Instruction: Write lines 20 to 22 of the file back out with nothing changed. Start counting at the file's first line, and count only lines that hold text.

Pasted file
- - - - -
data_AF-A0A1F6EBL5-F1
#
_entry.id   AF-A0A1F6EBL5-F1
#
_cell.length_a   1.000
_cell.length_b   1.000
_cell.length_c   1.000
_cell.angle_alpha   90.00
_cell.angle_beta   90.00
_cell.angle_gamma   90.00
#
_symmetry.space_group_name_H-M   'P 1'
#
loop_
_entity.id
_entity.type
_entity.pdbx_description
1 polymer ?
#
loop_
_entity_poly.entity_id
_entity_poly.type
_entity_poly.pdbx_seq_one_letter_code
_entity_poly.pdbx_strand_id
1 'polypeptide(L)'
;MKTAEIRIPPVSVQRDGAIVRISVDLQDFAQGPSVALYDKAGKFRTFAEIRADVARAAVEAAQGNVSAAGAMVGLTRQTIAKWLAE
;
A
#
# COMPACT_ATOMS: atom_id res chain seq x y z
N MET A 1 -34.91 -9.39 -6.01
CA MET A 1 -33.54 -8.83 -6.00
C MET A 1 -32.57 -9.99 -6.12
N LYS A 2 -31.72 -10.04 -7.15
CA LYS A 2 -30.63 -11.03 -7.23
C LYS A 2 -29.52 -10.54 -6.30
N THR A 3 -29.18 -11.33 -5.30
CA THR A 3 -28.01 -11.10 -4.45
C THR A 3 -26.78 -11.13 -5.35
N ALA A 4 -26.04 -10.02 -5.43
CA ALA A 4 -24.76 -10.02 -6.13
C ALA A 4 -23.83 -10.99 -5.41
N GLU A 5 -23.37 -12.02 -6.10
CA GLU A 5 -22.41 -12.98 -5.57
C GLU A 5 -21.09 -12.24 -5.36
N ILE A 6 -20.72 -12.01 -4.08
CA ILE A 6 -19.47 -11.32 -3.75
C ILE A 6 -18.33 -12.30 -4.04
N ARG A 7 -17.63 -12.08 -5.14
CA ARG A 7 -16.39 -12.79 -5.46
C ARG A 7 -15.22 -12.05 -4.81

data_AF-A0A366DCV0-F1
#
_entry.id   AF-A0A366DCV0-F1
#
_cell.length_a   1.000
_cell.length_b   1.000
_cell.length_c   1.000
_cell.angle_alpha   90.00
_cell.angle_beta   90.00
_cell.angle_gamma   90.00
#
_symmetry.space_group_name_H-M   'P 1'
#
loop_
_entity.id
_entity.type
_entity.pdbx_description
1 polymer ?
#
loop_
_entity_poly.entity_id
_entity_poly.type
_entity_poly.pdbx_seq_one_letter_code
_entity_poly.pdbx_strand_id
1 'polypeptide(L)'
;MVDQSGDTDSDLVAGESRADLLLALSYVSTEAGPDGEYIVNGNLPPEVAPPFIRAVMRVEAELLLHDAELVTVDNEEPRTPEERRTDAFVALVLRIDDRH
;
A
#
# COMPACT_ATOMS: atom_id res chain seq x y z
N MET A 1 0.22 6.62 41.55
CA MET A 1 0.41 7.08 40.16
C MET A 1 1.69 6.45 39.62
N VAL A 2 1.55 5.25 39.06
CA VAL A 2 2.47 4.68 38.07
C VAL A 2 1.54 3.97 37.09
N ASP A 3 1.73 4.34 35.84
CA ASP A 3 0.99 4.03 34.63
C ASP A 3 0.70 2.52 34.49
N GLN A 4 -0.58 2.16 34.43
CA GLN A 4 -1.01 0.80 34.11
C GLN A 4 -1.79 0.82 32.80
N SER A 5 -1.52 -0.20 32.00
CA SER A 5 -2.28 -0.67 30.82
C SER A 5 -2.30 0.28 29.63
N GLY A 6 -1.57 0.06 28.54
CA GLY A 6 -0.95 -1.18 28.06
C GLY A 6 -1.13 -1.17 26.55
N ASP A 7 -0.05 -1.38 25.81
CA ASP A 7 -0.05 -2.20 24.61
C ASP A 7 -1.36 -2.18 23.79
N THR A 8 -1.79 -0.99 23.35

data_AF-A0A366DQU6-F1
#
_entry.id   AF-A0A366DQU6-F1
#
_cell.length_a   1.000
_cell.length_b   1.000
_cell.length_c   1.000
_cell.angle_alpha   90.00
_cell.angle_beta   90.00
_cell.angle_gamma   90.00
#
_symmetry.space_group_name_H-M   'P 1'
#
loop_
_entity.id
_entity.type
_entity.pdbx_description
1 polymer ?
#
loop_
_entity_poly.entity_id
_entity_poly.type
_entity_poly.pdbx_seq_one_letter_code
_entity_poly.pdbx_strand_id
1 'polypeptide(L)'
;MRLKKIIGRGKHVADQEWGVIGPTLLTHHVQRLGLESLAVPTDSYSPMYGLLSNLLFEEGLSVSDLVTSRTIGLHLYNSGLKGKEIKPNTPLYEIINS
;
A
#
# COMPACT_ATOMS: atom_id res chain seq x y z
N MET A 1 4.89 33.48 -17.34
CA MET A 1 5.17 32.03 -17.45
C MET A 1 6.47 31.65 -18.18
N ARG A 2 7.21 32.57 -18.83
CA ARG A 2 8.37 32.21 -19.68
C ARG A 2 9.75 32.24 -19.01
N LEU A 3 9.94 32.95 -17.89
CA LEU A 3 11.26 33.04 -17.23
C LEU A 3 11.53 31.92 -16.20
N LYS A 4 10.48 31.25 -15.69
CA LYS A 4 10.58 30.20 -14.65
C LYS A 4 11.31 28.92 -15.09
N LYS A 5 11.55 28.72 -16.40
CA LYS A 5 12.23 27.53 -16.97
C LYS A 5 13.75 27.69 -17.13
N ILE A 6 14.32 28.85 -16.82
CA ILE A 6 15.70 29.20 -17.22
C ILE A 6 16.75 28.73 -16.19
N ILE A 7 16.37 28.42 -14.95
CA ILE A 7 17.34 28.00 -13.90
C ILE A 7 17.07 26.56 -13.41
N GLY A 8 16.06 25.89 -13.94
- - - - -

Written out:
loop_
_entity_poly.entity_id
_entity_poly.type